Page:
Well I mean, that's not what I did. So in that case, I do agree with you. I agree with you completely. There should never be a conversation or movement based on the dominance of males over females, because in actuality that dominance is a façade. If you look at the amount of college graduates in today's world, women far outnumber men. If you look at successful ventures women far outnumber men. So I mean, I think maybe in a culture that evokes the past, that was a larger issue. I mean yes, there are still pockets of resistance where people and men are pigs, are sexist. But if someone was to say to these men, "Respect yourselves more. Don't allow yourselves to be used in a fashion. Pay and be a respectful man. Be, you know, chivalrous. Pay for the first date. But after that, this woman needs to pay for something. She needs to either come pick you up, get gas money or she needs to have a crib. She needs to have something."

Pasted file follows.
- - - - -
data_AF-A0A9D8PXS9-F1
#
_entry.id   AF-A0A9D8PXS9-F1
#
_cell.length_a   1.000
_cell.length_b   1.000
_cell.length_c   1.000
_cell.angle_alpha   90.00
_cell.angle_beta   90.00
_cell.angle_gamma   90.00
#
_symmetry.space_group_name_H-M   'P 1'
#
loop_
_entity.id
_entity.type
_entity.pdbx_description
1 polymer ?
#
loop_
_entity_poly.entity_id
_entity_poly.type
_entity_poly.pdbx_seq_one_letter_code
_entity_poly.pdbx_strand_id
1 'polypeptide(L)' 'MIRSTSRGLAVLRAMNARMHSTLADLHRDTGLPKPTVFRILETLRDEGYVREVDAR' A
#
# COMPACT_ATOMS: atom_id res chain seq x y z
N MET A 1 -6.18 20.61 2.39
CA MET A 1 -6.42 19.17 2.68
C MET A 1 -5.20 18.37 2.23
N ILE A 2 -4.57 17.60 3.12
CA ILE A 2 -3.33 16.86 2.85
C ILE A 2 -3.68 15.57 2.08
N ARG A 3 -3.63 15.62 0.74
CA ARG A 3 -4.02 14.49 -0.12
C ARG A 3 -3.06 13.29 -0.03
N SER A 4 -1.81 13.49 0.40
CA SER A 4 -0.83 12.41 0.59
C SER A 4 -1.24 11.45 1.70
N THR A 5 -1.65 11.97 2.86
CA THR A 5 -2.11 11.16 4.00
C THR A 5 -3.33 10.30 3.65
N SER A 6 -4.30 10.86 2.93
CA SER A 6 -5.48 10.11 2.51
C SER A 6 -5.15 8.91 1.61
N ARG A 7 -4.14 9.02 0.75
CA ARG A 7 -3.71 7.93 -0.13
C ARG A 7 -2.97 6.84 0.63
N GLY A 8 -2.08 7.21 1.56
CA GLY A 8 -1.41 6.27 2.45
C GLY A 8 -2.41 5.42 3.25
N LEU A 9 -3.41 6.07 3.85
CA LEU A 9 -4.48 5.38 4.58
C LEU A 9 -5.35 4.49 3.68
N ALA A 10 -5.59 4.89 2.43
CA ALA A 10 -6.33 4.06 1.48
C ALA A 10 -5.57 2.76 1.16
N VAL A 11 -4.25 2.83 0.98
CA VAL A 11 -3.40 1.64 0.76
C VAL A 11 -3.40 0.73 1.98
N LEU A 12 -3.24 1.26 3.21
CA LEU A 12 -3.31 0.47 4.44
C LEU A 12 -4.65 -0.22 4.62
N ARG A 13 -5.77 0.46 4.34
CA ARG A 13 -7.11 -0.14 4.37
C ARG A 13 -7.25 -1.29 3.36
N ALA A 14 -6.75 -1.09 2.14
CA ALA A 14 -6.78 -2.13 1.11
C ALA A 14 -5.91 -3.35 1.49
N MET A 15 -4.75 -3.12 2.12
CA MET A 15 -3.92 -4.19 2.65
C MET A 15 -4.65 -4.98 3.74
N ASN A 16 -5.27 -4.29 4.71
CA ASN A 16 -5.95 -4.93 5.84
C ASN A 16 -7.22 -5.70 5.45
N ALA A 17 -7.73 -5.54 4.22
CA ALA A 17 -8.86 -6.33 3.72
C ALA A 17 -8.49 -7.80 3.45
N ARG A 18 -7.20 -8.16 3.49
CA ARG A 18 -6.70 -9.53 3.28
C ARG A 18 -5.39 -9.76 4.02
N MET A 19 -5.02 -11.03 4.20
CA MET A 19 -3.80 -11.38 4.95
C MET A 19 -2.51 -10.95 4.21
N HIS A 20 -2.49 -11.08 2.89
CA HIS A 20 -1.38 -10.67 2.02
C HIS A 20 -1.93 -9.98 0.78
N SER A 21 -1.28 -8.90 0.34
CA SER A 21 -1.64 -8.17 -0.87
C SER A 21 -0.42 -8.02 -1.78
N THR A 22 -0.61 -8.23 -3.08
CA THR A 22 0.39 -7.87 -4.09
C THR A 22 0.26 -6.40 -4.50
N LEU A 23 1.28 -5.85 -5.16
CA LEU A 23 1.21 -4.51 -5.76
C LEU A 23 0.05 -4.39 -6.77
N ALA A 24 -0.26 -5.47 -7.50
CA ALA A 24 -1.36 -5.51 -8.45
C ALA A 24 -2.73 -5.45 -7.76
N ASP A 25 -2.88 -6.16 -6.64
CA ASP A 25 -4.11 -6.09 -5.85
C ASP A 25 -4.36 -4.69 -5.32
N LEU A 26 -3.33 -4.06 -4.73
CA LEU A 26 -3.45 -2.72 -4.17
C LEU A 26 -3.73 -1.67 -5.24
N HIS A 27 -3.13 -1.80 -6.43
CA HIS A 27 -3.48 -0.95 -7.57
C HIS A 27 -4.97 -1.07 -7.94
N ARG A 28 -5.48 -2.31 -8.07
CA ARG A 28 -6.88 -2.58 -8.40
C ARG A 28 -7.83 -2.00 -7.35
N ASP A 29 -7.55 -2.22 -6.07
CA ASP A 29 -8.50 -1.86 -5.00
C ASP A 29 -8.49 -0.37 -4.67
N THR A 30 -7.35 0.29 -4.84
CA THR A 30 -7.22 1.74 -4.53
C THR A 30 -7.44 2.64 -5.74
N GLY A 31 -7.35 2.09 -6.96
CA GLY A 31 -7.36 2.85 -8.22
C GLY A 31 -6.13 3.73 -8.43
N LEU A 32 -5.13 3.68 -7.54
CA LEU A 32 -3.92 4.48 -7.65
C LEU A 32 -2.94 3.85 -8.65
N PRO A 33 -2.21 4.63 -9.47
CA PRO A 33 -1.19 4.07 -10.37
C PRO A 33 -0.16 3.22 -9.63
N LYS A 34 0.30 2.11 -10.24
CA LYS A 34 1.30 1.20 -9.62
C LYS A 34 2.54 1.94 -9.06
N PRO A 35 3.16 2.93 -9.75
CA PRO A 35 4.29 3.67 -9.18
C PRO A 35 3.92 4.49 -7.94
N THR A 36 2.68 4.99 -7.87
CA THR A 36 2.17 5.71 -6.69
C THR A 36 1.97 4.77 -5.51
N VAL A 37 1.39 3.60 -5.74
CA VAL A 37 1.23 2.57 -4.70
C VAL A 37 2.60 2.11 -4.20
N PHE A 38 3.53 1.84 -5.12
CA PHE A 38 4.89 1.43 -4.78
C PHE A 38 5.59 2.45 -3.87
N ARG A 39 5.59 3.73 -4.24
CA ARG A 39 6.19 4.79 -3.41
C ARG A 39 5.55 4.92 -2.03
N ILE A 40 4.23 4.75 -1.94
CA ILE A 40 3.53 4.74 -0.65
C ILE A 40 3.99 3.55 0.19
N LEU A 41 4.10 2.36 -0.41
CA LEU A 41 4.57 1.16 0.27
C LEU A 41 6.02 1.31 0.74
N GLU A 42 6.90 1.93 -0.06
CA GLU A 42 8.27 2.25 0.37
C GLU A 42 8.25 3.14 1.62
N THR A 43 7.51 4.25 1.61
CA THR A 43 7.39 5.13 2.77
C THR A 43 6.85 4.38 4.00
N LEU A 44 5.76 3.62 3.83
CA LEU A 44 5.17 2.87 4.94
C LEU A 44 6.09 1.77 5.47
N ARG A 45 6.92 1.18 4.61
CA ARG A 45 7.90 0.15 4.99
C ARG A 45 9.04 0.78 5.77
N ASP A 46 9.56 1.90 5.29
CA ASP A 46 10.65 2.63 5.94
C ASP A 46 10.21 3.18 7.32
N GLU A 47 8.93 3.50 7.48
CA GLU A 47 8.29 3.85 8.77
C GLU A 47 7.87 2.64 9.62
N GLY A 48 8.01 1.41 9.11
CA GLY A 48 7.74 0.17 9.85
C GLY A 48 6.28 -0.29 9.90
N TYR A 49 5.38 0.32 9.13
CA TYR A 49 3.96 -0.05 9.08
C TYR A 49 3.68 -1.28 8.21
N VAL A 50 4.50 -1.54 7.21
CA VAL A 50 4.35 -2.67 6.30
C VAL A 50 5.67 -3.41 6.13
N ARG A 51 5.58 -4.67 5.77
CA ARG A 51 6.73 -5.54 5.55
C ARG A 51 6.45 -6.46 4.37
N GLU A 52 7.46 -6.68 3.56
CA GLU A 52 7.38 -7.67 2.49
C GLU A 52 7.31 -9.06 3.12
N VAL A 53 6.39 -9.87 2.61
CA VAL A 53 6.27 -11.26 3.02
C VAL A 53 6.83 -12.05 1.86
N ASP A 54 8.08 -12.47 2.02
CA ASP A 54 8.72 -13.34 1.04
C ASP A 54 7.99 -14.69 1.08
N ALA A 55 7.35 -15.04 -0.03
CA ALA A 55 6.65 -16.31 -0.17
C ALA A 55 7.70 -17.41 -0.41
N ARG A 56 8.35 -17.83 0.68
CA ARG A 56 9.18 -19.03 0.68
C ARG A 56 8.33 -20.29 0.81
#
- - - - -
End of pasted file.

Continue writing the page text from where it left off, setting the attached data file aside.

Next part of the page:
I'm from Atlanta, where four girls will live in the exact same apartment and come to the club with $20 -- all of them [total]. Dudes will do the same thing. So the VIP bands are $20 and you gotta get one person the band and everybody will take the band off and pass it back, so y'all can get in. None of you should be out, male or female. You all should have stayed at home. Respect yourself enough to see the difference between being fake-cool and actually ambitious. Do you agree with that? 

I 100% agree with that, but perception is everything. You're a very popular rapper, and it's easy for people to nitpick at things, like I did. I am sorry that I misconstrued what you were saying, but I think clarity is key in such a murky medium.